9/11 conspiracies: questionable or factual?


Photo by Monica Dile

Social studies teacher Mr. Daniel Jones

Shortly after the Twin Towers and Pentagon were attacked on Sept. 11, 2001, there were many compelling arguments about what happened that day.

Some SHS teachers do not believe in conspiracy theories relating to 9/11, but some students are skeptical on whether the conspiracies are true or not.

Junior Jason Weaver says that he does not necessarily believe that all conspiracies are true, but he thinks some could be. However Weaver says he does believe at least one thing for sure.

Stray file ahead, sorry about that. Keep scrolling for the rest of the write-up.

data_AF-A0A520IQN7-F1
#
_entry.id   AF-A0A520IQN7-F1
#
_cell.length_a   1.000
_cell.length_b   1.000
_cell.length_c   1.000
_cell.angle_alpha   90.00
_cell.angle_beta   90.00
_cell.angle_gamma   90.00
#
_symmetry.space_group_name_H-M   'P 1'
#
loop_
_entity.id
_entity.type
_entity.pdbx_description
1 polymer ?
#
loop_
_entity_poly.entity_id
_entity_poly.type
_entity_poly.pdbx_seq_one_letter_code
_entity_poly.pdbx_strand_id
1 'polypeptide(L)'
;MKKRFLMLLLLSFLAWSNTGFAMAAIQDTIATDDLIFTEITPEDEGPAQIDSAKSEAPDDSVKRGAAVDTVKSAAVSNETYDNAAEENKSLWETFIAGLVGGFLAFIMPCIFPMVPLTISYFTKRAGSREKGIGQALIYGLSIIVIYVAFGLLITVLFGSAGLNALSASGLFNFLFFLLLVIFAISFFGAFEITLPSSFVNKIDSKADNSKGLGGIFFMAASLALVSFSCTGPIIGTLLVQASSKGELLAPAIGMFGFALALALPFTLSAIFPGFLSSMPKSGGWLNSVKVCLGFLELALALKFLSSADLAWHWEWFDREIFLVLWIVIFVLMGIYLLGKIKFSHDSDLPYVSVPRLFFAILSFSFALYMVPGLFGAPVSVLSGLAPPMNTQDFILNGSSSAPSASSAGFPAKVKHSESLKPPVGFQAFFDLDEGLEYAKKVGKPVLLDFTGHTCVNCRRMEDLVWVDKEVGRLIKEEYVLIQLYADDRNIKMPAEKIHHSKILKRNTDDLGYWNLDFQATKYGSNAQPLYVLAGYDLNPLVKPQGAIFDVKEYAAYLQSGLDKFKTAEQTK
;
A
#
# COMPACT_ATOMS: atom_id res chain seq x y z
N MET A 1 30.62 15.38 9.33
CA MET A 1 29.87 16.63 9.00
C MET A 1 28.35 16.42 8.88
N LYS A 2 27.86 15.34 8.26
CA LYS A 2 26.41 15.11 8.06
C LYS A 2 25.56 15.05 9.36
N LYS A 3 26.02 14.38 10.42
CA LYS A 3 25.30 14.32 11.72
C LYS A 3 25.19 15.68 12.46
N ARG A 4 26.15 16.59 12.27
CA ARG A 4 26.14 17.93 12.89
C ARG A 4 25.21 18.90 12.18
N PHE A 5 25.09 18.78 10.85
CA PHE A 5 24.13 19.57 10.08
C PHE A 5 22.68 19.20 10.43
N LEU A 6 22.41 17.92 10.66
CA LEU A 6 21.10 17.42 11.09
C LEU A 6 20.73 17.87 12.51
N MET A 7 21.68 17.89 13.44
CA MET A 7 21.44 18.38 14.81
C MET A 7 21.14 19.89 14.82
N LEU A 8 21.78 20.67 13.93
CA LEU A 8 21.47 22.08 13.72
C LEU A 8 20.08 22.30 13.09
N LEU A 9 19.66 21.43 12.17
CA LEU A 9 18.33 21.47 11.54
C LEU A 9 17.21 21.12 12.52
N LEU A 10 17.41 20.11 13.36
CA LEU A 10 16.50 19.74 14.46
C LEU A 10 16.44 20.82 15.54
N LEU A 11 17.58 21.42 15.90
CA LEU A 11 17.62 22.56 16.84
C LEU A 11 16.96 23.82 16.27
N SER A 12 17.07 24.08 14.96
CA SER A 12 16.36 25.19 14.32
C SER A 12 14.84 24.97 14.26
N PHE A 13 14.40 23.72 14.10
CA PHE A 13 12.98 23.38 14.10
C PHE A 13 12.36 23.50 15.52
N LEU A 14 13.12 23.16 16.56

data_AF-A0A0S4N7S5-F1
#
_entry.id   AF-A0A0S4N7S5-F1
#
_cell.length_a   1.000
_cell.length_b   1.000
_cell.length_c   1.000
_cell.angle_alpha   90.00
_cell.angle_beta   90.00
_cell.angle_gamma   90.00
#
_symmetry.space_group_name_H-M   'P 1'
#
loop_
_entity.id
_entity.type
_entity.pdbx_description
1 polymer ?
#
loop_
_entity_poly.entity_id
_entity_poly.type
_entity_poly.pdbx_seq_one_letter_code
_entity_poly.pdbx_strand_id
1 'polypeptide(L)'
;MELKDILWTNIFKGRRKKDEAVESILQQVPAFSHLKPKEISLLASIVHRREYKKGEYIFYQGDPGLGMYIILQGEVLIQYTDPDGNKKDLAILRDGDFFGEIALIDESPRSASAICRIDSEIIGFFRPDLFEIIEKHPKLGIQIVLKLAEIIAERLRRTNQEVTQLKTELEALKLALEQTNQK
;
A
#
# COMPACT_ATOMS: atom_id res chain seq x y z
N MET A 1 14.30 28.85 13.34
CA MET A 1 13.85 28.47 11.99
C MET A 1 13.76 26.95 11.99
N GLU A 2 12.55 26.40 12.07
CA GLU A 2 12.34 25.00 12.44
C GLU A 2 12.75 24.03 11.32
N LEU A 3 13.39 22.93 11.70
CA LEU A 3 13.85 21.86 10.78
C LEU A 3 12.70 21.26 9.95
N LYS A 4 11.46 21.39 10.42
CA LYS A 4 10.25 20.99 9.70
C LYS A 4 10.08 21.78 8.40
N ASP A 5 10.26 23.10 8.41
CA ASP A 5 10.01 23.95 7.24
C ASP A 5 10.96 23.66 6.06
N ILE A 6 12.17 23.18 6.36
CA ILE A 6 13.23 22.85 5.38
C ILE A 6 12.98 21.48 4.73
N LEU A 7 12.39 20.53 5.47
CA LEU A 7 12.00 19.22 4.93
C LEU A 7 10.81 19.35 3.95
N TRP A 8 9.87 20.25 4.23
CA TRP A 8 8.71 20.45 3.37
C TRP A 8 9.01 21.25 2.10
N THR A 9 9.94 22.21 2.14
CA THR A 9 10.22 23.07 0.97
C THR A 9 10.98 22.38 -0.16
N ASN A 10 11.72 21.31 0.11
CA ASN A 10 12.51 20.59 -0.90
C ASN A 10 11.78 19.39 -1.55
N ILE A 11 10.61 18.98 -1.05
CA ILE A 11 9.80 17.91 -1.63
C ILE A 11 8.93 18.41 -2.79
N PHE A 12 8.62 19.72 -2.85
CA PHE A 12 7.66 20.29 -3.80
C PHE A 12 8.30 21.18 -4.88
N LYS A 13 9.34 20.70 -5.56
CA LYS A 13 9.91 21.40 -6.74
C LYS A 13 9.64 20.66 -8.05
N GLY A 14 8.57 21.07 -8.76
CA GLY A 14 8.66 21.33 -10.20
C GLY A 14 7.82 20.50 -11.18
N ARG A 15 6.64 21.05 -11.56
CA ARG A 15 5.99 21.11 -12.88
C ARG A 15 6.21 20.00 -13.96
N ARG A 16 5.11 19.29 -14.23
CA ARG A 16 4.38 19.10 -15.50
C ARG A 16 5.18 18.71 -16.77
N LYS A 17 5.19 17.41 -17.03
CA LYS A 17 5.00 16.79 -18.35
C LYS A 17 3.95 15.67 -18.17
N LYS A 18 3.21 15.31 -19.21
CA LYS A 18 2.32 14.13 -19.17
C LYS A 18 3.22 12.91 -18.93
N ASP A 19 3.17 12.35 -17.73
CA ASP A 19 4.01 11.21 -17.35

“Jet fuel can’t melt steel beams,” Weaver said. “That’s a fact.”

Unlike Weaver, Social Studies teacher Mr. David Luers says that he does not really buy into any of the 9/11 conspiracies.  

“I have studied the event quite a bit, and even looked at some of the evidence that some of these conspiracies are based on,” wrote Luers in an email to the Journal.  “Some of the claims and evidence – on their surface – seem plausible, but deeper analysis shows the flaws in their reasoning.”

Like Luers, Social Studies teacher Mr. Daniel Jones has studied research on some 9/11 conspiracies and how they have been proven to be invalid. This leads him to believe that these conspiracies are not true, like Luers.

“The American government says al-Qaeda did it,” Jones wrote in an email to the Journal. “Osama bin Laden says al-Qaeda did it. Al-Qaeda says al-Qaeda did it. Oh, and al-Qaeda has been committing terrorist activities before and after 9/11/01.”